video tutorials, tried-and-true tips + our latest learnings to surround you with abundance all season long
Friends, I need more than hands and toes to count the number of times people this week have told me their child asked to give or receive sunflower seeds this holiday season.
How can I not have hope for the world?!
What gift would you give the world, if you could give anything?
The gift of a sunflower is the gift of growth, of beauty, of abundance, it's the gift of life itself.
There are dozens of different sunflowers, all native to Central and North America. The only plant with more Monarchs on it in our garden is milkweed.
And did you know?
We toss them in salads and arrange them on cakes all summer long.
So yes, we grow the seeds of many sunflowers, each one with a unique gift and story to share.
We love the bright lemon yellow of Lemon Queen petals, a unique hue among so many golds. She is ohhhhh so tall, easily climbing 12+ feet tall in rich, fertile soil. She is crowned with a massive, single head on top and bursts...
Whether you have a handful of your family's heirloom beans or you simply wish to keep your germination rates high for next season, storing your seeds well puts your mind at ease and will surround you with abundance for years to come.
First, I made this handy infographic for you, check it out
Below, we'll get into the nitty-gritty details.
Many seeds will maintain great germination for three years even in your kitchen cupboard, though there are exceptions. Stored well, some seeds can last centuries.
Beans, like the Chocolate Runners, are among the longest storing seeds, often sprouting after a century in ideal storage conditions.
What conditions are needed for seeds to germinate? If you want seeds to store, give them the opposite conditions. Here are the four keys to keep your germination rates high for years to come:
Here in the Northeast, finding easy ways to extend our season is essential to eating well as the days grow short.
After years of working on farms and experimenting at Fruition, here are the four keys of season extension:
- sowing the right seeds
- using the right tools
- at just the right time
- and harvesting in just the right way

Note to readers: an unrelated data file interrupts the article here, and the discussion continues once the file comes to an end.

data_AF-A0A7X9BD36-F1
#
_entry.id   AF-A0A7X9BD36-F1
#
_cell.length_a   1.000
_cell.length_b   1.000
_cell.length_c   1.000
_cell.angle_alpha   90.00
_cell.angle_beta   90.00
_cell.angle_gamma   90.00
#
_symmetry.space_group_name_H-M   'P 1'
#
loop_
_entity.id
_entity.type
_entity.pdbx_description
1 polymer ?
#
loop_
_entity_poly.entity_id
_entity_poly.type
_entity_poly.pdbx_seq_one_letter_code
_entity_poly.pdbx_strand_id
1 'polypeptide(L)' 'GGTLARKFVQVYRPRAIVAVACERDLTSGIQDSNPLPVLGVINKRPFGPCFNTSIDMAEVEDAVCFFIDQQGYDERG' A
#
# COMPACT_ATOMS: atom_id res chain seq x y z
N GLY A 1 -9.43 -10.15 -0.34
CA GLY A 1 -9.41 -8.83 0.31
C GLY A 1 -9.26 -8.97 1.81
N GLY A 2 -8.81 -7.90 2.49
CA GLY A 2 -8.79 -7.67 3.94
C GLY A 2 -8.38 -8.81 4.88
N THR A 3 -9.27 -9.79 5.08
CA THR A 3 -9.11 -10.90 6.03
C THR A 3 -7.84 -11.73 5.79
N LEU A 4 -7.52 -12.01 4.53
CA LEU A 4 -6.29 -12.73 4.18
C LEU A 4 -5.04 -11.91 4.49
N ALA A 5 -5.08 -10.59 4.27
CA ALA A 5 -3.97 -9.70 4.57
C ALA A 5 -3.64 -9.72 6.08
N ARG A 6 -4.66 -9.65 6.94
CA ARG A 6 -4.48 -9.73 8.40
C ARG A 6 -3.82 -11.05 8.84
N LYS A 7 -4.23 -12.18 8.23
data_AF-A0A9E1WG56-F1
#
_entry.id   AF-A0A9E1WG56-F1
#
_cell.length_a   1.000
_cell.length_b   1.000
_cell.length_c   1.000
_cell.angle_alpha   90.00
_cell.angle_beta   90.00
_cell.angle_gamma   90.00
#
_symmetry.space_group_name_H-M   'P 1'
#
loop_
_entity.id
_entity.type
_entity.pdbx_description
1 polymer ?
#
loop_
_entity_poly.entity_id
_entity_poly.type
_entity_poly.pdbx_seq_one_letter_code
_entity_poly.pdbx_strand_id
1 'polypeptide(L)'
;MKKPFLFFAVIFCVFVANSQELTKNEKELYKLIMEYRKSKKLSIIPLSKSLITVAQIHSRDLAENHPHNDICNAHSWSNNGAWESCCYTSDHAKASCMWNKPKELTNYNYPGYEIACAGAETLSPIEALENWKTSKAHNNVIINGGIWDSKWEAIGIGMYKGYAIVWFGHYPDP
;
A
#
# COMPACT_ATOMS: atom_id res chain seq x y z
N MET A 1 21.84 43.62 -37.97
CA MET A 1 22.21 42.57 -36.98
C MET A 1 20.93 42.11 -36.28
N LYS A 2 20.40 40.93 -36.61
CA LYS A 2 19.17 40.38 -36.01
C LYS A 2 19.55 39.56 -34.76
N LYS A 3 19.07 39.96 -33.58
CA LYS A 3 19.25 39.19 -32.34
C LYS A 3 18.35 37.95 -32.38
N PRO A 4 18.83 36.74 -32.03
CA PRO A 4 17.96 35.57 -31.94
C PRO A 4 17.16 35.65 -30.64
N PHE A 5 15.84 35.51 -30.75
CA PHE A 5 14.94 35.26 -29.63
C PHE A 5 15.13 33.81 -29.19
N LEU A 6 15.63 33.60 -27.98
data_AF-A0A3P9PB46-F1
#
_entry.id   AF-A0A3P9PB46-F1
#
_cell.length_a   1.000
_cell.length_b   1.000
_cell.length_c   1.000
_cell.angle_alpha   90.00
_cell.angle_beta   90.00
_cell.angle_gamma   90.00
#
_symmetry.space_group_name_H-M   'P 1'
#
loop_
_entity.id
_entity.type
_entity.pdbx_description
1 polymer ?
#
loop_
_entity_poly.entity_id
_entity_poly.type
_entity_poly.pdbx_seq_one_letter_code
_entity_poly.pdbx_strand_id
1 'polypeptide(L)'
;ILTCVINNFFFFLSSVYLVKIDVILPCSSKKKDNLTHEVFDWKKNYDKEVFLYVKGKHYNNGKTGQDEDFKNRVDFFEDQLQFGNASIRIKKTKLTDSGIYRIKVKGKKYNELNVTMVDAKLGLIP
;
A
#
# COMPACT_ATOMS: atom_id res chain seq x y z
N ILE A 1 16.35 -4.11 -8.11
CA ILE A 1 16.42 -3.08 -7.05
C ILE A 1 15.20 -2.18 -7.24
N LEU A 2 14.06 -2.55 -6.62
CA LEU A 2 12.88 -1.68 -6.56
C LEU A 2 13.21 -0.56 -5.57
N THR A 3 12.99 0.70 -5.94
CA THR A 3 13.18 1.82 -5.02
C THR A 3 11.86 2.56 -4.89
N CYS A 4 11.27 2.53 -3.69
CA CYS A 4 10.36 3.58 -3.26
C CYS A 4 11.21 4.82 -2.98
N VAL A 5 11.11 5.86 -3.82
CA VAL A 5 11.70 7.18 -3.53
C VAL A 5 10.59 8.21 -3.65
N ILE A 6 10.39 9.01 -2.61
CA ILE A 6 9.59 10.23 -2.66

Let's dive in.
In any season, the right seeds make all the difference. September in Zone 5 is no match for seeds selected to thrive in California, where most seed is grown, which is perhaps why so many gardeners don't grow into the fall. Oh yes, and we've all been working hard all summer, so we're ready to slow down, too! But I know my own childhood-self was deterred by lettuce that wasn't up for the cause.
Now, I am so grateful to know which ones are.
'Winter Green' mesclun mix has been selected by Dan Brisebois, in Montreal, to re-grow quickly in cold temperatures. We are grateful to...
It's almost September and true confessions: I'm exhausted.
I know I'm not alone.
We've been cultivating beauty and abundance for months, with so much on our minds and hearts, amid the bustle of our everyday lives and cultural chaos. Behind each of those gorgeous photos on social media we know there is a weary gardener, often wishing someone would make her dinner from all the glorious food she's surrounded by.
Last year, Dandy saved us: Last September, while we were busy harvesting seed and picking up irrigation, she sowed seeds. Greens and herbs that fed our bodies and souls until snowfall and many that even survived the winter, re-growing the most tender and sweet leaves of the season as spring arrived. Taking that extra moment to sow a few seeds this September may be one of the best decisions you make this season. Certainly, one of the most delicious :)